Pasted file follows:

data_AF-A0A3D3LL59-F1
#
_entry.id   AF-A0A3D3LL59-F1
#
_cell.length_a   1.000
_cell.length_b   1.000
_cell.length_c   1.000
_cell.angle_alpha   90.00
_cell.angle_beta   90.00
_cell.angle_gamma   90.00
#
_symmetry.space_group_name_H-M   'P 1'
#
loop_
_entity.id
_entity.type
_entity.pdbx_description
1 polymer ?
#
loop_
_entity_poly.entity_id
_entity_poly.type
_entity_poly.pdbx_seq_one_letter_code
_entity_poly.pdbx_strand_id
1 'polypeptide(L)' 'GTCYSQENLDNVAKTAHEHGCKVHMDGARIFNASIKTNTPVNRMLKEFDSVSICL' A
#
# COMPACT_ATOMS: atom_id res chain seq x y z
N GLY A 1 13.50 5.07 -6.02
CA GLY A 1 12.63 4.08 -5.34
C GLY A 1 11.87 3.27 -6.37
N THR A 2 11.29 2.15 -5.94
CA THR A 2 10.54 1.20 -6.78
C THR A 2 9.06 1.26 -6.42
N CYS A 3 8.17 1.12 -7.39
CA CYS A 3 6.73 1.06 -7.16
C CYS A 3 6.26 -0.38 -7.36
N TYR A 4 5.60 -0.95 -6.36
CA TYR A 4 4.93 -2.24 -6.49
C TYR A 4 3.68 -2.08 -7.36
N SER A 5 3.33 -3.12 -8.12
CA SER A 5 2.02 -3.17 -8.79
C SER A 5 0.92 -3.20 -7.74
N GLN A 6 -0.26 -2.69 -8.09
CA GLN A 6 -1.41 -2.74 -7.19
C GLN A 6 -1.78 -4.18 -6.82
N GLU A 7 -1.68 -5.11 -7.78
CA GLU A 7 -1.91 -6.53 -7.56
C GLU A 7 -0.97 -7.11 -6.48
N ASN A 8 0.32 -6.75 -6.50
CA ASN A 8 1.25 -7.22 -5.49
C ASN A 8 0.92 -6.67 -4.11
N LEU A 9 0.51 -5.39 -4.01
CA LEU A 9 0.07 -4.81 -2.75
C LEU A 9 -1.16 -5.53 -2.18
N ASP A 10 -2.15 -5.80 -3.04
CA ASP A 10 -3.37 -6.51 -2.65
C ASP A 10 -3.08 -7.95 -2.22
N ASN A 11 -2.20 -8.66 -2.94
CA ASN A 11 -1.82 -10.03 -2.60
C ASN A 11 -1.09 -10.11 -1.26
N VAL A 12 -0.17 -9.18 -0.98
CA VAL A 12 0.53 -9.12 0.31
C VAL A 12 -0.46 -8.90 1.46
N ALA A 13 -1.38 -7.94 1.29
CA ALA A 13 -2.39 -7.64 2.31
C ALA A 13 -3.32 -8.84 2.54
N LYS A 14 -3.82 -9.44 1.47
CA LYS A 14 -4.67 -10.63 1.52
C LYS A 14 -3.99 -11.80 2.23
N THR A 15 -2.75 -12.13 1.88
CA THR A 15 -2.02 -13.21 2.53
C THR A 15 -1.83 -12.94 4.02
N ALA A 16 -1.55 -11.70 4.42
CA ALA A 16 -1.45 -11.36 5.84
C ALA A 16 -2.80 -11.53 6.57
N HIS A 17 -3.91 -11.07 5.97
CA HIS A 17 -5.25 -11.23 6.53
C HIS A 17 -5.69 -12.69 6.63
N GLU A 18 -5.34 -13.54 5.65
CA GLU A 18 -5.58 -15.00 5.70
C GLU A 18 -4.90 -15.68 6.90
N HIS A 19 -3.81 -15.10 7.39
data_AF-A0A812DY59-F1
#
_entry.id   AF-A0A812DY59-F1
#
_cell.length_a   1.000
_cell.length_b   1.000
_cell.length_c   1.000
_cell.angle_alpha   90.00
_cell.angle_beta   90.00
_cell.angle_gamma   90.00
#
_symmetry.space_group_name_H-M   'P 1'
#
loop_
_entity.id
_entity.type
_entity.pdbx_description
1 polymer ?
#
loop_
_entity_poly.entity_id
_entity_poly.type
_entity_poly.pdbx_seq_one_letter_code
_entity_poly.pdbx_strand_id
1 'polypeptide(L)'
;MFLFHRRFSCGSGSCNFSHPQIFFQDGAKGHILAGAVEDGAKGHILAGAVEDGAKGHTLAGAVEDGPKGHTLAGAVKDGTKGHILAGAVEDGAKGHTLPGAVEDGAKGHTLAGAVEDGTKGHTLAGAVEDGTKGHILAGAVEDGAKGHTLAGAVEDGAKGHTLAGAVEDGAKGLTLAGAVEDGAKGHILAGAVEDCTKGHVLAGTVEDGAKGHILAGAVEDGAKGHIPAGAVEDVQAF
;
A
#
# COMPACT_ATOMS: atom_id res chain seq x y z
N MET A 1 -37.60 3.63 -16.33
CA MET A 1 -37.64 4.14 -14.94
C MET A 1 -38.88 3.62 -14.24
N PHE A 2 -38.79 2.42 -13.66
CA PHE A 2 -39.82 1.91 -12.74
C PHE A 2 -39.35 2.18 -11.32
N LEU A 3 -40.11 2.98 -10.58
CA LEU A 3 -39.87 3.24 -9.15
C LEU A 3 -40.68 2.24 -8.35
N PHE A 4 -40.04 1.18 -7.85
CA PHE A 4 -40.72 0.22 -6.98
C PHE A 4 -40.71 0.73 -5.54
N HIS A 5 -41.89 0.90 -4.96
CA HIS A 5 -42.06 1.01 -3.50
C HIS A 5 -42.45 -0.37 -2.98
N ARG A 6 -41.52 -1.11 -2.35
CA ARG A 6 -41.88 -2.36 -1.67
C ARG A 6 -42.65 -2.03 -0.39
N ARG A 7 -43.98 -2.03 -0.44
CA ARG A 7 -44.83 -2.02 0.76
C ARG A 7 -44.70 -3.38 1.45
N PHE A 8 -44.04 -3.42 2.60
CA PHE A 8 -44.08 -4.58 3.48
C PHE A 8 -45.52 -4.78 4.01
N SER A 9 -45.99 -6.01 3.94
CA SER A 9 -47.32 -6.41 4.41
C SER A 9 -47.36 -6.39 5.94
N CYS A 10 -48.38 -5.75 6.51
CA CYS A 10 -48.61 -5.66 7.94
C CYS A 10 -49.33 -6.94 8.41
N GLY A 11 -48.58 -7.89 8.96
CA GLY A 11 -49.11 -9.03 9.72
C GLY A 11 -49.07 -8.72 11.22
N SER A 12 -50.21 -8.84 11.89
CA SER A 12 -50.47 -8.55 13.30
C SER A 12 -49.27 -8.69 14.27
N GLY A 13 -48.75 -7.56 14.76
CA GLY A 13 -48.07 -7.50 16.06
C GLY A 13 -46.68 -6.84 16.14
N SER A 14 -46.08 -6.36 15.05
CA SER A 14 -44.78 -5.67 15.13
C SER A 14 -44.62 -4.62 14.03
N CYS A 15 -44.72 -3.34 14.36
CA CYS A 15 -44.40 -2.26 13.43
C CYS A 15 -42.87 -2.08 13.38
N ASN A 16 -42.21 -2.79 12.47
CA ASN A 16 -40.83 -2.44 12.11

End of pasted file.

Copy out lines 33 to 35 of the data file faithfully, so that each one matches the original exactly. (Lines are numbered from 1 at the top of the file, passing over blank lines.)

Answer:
C THR A 2 9.06 1.26 -6.42
N CYS A 3 8.17 1.12 -7.39
CA CYS A 3 6.73 1.06 -7.16